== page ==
NASCAR Trucks at PIR
Uploaded 3/30/99, updated 5/7/99
Phoenix is the second race of the '99 season for the NASCAR
Truck series. Mike Wallace won the season opener at Homestead.
It's interesting that the Trucks started their season as a support
race on a CART weekend and the next race they are support to
the IRL. I know more people came to see the Trucks on Saturday
at Homestead than on Sunday when the CART cars ran. I'll bet
the same thing happened at Phoenix.
Looking East down the row of haulers as the teams prepare
the racecars, pardon me, trucks for a practice session.
Ron Hornaday's truck up on jack stands with the crew at work.
A crew member prepares to make a rear-end ratio change on
the 24 car of Jack Sprague. You can see there are no spider gears
as there would be if this were a road car. On ovals the trucks
run a "spool" [wrong, see below] which connects the
two axles solidly so both tires rotate at the same rpm. The spool
is that shiny shaft to the right of the crown gear. The engines
are very loud so everyone in the garage area wears ear protection.
Added 5/7/99: Chris Andrews, engineer for Gloy-Rahal
Racing, called to chat and told me about a mistake I made. That's
not a spool in the photograph above. Chris told me what I was
seeing there is the housing of the Detroit Locker differential
required at all races by NASCAR rules.
This is the right-rear suspension on the 24 car built by Hendrick
Motorsports. I caught a lot of interesting stuff in this photo.
The red rag is draped over the end of the axle shaft that has
been pulled out a ways so the rear end ratio can be changed.
A crown wheel as in the above photo will be installed and then
the axles pushed back in to engage the splines.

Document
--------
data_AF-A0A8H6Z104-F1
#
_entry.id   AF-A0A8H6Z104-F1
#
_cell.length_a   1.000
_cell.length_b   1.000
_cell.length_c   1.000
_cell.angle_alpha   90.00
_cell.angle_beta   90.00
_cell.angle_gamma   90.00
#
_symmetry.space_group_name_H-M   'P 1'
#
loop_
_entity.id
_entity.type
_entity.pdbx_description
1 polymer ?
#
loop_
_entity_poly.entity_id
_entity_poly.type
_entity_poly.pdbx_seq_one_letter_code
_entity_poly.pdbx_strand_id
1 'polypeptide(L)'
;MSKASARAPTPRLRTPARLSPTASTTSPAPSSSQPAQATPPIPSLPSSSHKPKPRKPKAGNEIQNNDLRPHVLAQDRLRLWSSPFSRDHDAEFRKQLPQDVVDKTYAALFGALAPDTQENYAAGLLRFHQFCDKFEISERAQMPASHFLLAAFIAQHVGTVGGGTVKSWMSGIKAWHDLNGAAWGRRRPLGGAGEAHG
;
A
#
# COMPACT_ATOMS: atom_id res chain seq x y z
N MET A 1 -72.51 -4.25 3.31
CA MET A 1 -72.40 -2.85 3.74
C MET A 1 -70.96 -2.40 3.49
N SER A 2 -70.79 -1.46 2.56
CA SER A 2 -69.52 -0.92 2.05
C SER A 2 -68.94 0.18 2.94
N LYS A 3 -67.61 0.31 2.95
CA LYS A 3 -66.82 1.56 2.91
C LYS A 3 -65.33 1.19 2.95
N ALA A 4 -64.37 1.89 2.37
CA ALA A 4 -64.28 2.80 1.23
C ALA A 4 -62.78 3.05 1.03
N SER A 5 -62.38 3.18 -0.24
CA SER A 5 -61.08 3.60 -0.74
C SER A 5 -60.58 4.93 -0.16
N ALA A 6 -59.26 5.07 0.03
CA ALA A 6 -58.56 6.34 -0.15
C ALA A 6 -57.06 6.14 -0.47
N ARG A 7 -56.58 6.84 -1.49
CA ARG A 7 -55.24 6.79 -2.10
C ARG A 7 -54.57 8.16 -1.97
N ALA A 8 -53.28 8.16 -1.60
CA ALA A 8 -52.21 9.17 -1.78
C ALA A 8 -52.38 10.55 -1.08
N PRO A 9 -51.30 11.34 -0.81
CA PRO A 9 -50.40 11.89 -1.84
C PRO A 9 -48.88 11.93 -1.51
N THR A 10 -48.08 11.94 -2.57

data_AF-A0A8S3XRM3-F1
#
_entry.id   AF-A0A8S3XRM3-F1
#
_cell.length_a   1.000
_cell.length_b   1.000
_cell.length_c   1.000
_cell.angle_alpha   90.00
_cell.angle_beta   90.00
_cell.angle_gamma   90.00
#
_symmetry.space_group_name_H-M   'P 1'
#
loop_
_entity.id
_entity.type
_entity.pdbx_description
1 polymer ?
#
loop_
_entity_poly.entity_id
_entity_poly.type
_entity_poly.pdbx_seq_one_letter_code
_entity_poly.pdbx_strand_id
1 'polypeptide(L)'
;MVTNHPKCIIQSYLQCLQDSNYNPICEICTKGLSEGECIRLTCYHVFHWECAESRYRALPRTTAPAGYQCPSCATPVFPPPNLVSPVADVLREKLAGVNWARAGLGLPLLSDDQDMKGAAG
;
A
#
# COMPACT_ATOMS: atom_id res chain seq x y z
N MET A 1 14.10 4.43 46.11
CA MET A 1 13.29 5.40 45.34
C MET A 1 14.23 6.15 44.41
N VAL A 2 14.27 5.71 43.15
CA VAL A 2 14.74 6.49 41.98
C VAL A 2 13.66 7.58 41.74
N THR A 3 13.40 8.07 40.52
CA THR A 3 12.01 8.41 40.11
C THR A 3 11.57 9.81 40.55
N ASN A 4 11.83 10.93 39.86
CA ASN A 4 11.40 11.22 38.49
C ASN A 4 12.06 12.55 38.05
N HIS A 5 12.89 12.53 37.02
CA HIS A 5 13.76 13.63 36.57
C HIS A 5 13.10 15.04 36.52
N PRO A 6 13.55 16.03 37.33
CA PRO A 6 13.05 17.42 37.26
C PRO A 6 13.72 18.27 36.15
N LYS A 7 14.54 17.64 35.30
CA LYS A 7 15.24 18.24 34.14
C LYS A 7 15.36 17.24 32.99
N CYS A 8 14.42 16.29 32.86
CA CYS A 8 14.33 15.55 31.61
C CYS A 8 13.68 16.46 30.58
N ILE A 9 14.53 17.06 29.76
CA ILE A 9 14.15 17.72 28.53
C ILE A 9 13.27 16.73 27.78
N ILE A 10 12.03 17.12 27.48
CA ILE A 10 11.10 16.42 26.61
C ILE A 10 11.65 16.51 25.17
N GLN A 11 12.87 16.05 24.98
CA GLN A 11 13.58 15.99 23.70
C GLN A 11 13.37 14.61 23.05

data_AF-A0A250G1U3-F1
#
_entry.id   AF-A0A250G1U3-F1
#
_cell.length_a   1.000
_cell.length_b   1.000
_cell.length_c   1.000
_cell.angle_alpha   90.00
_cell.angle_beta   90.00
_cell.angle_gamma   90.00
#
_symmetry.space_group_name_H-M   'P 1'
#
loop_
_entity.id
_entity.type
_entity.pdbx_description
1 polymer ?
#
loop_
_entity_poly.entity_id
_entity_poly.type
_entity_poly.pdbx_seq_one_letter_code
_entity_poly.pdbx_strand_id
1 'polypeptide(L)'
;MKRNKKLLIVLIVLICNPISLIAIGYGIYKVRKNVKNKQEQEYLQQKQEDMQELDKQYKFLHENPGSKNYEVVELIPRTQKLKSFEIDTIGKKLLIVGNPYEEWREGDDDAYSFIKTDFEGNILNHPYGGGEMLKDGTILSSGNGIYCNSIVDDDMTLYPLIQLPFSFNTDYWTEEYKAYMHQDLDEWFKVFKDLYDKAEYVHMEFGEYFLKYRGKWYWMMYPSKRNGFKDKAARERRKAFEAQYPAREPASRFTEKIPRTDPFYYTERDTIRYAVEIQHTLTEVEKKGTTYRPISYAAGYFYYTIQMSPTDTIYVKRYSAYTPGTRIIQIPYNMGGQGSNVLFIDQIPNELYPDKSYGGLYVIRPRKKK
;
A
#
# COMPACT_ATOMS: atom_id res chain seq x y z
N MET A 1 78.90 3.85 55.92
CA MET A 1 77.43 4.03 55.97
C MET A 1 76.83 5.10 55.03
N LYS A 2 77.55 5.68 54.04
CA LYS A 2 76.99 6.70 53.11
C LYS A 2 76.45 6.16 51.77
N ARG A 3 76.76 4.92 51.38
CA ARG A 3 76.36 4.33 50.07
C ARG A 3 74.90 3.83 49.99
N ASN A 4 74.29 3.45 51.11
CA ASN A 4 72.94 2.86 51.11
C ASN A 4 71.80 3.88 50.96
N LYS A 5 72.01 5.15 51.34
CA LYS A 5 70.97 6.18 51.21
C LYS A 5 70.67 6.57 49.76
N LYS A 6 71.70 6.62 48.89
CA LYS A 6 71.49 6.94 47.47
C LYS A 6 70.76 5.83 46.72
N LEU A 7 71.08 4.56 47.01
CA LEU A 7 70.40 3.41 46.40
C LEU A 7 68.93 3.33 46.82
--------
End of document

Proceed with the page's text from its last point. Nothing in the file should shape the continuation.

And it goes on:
On the left of the photo is the mount for the chassis end
of the Panhard rod. It's adjustable vertically, you can see the
screw threads. Look how well the mounting is braced. This is
a trademark of all the Hendrick cars. They have tested the cars
and braced anything that isn't supposed to move.
That's a Brembo brake caliper with a temperature-measuring
device stuck on it. That yellow strip turns color depending on
the maximum temperature it sees.
The coil spring is mounted on the trailing arm that goes forward
to a mount off to the right. The rod at the top of the spring
has a screw thread to adjust the ride height at this corner of
the truck. Notice the black spring rubber held in by the red
tape. They can jerk that rubber out during a practice session
and lower the spring rate at this corner. That would put more
weight on the right front and left rear moving the balance of
the car toward push or away from oversteer.
Those holes above the brake rotor going up to the right are
mountings for the chain that limits the rear suspension droop
movement and prevents the springs from falling out of the mounts.
The teams also use this chain to get the rear axle off the ground
with the minimum pumps of a jack so pit stops can be done quicker.
The right-rear suspension of Hornaday's car. This is a view
similar to the photo above but just a little more forward so
you can see the Panhard rod going from the adjustable mount off
to the left side of the car. Whoever built this chassis doesn't
use as much gussetting as on Hendrick cars. A shock absorber
is visible also as is the droop chain. Below the Panhard bar
mount is the arm going to the anti-roll bar.
The other side of the same truck. That black rod coming from
the other side to the right of the brake rotor is the Panhard
rod which locates the rear axle longitudinally and takes all
the lateral loads from the rear tires to the chassis. The adjustable
height on the other end varies how those forces affect the rear
tires and is a balance adjustment.
The shiny link going up to the right below the Panhard rod
is the left-hand lever for the anti-roll bar. Notice the very
substantial U-strap that prevents the driveshaft from falling
down if a U-joint breaks.
The front right suspension on the 24 car. You can see a relatively
short upper A-arm with a ball joint outboard. These cars have
geometry that creates camber gain as the car rolls. The tires
are small for the weight and they need to take care of them.
The link in front of the brake caliper goes to the front anti-roll
bar. The shock is built by Hendrick using Penske Racing Shocks
components. Pretty tidy brake ducting.
Trucks Page 2